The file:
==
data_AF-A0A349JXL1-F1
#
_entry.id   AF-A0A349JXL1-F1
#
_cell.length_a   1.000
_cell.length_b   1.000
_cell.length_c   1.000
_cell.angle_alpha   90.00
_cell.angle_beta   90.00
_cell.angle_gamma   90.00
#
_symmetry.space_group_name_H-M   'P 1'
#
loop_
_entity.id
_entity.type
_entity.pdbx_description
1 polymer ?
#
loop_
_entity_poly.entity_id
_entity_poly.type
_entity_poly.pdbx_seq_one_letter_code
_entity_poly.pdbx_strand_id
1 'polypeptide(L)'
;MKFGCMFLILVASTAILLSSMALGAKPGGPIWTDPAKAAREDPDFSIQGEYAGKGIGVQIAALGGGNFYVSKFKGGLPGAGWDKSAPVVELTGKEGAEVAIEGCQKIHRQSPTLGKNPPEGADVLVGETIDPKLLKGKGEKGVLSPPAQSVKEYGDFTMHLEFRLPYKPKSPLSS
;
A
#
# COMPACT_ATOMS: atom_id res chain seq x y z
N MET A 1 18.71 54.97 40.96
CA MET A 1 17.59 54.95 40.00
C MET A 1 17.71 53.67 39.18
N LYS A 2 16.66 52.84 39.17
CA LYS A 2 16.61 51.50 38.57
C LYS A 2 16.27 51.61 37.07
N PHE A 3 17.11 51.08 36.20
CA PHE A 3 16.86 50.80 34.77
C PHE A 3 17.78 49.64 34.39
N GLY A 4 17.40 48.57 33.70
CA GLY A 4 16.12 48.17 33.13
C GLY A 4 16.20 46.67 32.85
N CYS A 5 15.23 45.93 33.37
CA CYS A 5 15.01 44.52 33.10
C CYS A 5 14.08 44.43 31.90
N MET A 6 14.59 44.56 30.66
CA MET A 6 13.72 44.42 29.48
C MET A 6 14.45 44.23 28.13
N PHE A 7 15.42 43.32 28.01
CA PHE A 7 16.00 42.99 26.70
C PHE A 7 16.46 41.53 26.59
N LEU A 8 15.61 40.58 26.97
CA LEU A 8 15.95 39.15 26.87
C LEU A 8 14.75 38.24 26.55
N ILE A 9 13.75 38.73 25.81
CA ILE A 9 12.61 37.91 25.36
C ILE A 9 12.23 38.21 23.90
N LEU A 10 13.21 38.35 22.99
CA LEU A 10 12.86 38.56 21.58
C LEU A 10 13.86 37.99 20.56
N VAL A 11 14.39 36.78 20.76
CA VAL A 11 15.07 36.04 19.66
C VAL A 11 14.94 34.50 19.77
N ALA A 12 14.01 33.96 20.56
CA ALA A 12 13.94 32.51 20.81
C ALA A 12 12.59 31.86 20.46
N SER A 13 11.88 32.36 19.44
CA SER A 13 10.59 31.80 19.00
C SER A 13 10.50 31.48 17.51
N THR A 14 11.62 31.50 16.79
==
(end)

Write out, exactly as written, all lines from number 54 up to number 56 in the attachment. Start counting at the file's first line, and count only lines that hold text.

C LEU A 8 14.75 38.24 26.55
N ILE A 9 13.75 38.73 25.81
CA ILE A 9 12.61 37.91 25.36